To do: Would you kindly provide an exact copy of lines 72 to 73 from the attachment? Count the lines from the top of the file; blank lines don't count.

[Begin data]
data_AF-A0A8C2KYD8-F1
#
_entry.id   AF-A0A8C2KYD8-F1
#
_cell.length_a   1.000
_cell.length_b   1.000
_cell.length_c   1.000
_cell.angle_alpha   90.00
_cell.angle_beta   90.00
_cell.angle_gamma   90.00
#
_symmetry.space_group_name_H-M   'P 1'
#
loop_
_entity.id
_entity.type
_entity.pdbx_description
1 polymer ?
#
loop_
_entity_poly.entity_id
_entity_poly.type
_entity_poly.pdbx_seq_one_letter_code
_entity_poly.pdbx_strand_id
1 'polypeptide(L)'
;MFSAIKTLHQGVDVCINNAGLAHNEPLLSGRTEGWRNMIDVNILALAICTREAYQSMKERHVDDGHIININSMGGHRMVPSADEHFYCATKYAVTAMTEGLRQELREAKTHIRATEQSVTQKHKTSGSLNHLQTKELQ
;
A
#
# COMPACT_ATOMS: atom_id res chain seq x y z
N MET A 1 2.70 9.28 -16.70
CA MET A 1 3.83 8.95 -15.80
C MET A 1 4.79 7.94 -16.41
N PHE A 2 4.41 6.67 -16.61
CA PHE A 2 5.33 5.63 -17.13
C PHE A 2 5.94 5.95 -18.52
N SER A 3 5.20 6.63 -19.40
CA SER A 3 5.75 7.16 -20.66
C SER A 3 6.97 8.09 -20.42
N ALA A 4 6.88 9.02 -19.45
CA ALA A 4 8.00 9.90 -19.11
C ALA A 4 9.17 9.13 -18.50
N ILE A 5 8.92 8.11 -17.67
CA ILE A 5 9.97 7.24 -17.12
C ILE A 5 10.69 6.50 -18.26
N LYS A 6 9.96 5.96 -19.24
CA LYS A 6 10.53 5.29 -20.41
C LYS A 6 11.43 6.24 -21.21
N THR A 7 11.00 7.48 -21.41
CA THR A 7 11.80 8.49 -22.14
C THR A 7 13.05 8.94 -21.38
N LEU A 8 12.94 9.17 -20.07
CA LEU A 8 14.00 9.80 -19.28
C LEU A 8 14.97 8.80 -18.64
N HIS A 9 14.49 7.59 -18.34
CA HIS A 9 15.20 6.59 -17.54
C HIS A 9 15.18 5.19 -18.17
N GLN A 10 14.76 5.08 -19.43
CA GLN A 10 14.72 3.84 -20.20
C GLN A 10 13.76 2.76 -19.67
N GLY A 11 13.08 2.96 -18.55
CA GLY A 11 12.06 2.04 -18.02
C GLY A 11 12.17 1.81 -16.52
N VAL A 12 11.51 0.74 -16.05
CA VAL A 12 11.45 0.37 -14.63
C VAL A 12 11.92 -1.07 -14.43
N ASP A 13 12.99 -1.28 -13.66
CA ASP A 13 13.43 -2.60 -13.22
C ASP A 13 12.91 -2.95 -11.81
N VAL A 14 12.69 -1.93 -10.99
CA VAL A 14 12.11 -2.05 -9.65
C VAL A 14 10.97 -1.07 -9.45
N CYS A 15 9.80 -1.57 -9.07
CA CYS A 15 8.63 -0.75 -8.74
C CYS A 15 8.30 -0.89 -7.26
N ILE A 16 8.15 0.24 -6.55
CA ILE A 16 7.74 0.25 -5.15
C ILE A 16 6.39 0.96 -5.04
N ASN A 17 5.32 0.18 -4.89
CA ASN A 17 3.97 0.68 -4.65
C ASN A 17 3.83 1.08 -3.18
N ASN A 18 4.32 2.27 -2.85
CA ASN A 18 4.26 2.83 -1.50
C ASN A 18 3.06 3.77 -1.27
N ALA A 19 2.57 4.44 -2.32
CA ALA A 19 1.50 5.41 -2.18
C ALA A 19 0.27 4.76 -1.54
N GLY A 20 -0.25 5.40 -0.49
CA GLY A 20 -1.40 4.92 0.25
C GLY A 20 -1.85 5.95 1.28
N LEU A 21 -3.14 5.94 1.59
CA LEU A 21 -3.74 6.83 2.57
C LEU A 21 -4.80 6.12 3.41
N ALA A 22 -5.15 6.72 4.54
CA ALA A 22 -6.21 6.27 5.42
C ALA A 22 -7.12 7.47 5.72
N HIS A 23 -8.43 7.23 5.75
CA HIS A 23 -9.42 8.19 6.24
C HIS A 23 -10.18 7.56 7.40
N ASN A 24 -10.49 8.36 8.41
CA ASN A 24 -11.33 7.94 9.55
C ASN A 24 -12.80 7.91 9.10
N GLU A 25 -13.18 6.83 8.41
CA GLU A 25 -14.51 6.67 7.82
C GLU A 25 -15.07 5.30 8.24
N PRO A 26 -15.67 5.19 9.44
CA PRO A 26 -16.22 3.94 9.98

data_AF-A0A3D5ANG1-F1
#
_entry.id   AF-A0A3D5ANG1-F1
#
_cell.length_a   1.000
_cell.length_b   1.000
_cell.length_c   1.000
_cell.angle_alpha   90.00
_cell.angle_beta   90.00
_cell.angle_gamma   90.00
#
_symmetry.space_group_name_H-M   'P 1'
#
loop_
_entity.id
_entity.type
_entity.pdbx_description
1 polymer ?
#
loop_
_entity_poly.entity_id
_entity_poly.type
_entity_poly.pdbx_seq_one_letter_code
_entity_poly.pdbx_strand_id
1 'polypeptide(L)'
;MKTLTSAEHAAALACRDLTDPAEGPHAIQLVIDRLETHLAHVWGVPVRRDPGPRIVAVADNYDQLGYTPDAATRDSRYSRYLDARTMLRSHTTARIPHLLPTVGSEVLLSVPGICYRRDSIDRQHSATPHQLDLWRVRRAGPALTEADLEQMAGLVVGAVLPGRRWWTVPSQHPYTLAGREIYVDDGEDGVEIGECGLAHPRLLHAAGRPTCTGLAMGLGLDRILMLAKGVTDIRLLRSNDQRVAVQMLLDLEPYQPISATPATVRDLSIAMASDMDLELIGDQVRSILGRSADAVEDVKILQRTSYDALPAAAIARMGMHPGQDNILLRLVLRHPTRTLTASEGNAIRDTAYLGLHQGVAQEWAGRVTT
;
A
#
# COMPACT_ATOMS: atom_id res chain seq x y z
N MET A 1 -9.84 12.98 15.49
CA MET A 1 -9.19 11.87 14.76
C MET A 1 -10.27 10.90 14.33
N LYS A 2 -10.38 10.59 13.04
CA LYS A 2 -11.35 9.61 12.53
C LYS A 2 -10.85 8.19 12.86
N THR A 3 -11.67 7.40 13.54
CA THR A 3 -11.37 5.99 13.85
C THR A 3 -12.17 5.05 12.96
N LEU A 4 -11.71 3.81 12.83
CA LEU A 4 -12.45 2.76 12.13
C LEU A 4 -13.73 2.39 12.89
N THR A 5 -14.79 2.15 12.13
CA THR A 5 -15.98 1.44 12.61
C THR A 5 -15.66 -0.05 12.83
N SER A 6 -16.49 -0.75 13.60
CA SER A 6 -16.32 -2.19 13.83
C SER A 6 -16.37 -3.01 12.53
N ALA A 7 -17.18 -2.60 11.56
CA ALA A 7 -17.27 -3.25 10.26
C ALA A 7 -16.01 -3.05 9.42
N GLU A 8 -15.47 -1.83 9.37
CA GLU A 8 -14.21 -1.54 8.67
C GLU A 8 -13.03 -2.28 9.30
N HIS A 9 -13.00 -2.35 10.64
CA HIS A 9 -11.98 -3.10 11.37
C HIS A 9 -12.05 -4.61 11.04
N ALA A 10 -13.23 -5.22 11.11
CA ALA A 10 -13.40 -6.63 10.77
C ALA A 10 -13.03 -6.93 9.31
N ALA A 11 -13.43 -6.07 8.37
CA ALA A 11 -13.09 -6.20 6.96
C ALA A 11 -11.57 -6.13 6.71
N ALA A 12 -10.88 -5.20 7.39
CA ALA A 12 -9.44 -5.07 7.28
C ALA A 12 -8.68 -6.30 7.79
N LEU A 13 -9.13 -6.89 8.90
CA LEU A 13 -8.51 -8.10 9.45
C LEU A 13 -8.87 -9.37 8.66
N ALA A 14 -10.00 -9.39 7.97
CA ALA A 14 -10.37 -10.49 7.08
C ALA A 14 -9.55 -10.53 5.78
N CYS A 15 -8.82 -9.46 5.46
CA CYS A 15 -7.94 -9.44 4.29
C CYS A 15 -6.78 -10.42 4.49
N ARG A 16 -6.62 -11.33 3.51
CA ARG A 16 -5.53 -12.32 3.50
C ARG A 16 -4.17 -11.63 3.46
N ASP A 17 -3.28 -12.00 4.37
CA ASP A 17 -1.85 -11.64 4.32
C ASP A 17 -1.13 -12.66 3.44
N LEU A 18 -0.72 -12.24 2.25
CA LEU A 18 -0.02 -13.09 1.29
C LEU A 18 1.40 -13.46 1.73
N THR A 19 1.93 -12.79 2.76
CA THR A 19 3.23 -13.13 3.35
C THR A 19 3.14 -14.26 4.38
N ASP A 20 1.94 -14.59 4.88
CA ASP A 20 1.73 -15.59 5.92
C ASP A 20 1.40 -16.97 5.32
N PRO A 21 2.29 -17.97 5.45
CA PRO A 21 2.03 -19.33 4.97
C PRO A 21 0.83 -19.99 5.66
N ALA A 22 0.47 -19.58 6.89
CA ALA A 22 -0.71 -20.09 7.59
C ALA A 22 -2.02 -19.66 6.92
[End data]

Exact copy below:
C VAL A 14 10.97 -1.07 -9.45
N CYS A 15 9.80 -1.57 -9.07